When I decided to get into consulting back in 2012, I thought to myself, “Let’s do this for five years, and then if you’re done, you will be able to write your own ticket to whatever you want to do next.” I knew that consulting would be challenging in many ways. For starters, I knew that I was going to be constantly challenged to learn new technologies and implement them. I also knew I was going to be shoved out of my comfort zone when it came to traveling and social interaction. I do not travel well. Traveling and going to unfamiliar places ties my stomach in knots and gives me all kinds of anxiety. Or at least it did back in 2012. The idea of going to a different and often unknown place on a regular basis seemed terrifying. In addition, I was going to be meeting new people and having to prove myself over and over again. Interacting with strangers is also a source of anxiety for me, and now I was going to be in a position where I was going to an unfamiliar place with unfamiliar people all the time. Seven years later, I can’t say that either of those things are easy for me, but they are much easier than they once were. The prospect of traveling up to NYC to meet with new clients and talk to them about AWS for two and a half hours doesn’t fill me with deep foreboding. That’s just Wednesday.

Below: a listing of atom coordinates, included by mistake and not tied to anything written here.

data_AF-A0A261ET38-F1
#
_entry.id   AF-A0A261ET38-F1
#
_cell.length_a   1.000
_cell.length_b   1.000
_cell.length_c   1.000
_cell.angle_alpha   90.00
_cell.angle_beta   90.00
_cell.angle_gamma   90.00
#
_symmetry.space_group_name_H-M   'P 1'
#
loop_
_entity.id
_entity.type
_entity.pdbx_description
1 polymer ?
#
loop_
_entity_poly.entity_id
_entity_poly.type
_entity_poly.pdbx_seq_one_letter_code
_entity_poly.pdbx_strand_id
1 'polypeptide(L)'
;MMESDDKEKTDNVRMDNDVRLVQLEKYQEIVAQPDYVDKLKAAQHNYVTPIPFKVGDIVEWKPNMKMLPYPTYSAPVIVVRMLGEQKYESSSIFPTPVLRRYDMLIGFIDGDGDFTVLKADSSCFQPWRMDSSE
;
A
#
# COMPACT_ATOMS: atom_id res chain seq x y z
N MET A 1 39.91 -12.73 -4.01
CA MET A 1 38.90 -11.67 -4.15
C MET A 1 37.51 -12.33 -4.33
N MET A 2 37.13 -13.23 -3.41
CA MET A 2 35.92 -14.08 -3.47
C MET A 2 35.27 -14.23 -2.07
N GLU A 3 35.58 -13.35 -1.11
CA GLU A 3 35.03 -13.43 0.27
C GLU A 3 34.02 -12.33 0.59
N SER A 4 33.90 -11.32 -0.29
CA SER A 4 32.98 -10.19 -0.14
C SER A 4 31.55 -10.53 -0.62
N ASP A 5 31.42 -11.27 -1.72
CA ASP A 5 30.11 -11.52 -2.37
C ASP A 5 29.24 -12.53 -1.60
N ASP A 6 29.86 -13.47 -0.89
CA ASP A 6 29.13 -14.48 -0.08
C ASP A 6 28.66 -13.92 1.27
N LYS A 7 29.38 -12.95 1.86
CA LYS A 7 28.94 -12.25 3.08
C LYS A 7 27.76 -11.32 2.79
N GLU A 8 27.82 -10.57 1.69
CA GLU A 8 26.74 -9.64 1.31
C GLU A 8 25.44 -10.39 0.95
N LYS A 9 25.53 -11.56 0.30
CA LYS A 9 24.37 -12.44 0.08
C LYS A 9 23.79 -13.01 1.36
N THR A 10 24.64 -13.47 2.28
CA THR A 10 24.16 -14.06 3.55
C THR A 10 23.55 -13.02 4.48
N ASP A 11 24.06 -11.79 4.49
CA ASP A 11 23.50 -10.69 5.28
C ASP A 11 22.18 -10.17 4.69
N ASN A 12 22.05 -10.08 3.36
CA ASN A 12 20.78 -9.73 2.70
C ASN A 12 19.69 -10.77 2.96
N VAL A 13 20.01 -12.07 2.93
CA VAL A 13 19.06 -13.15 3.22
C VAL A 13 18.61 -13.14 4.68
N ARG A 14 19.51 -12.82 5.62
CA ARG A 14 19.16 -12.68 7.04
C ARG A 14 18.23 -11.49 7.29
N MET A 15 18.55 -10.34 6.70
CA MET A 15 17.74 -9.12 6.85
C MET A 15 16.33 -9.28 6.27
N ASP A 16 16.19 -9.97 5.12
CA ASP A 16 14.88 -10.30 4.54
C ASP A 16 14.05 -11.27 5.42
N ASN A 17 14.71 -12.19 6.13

Consulting taught me to think on my feet, form strong opinions that are loosely held, and enter an unfamiliar setting with confidence.
Those are the good things about consulting, but there are some down sides as well. Consulting is stressful. You have to balance the client’s needs with what is possible. You’re often thrown into new technologies and asked to be the expert in front of clients. Sometimes you are literally one chapter ahead of what you’re telling them. And the better you get at doing this, the more often you’ll be asked to do it. New project, with new technology that no one has experience with in the company? Give it to Ned, he’ll figure it out. Eventually, you get tired of that sort of thing. Well, maybe you don’t. But I did. There’s a lot of other unpleasantness with consulting, like the rat-race of certification, keeping yourself billable to earn your bonus, and trying to deliver the solution promised by presales, even though the product can’t really do it. If you’ve spent time in consulting, you know exactly what I mean. If you haven’t, trust me, this stuff happens across the entire industry. If you’re looking for more context, this episode of Datanauts does a great job.
This is why I decided to take a new position where I wasn’t delivering projects anymore. But I was still working at a consulting company, and to be frank, I was kind of done with consulting.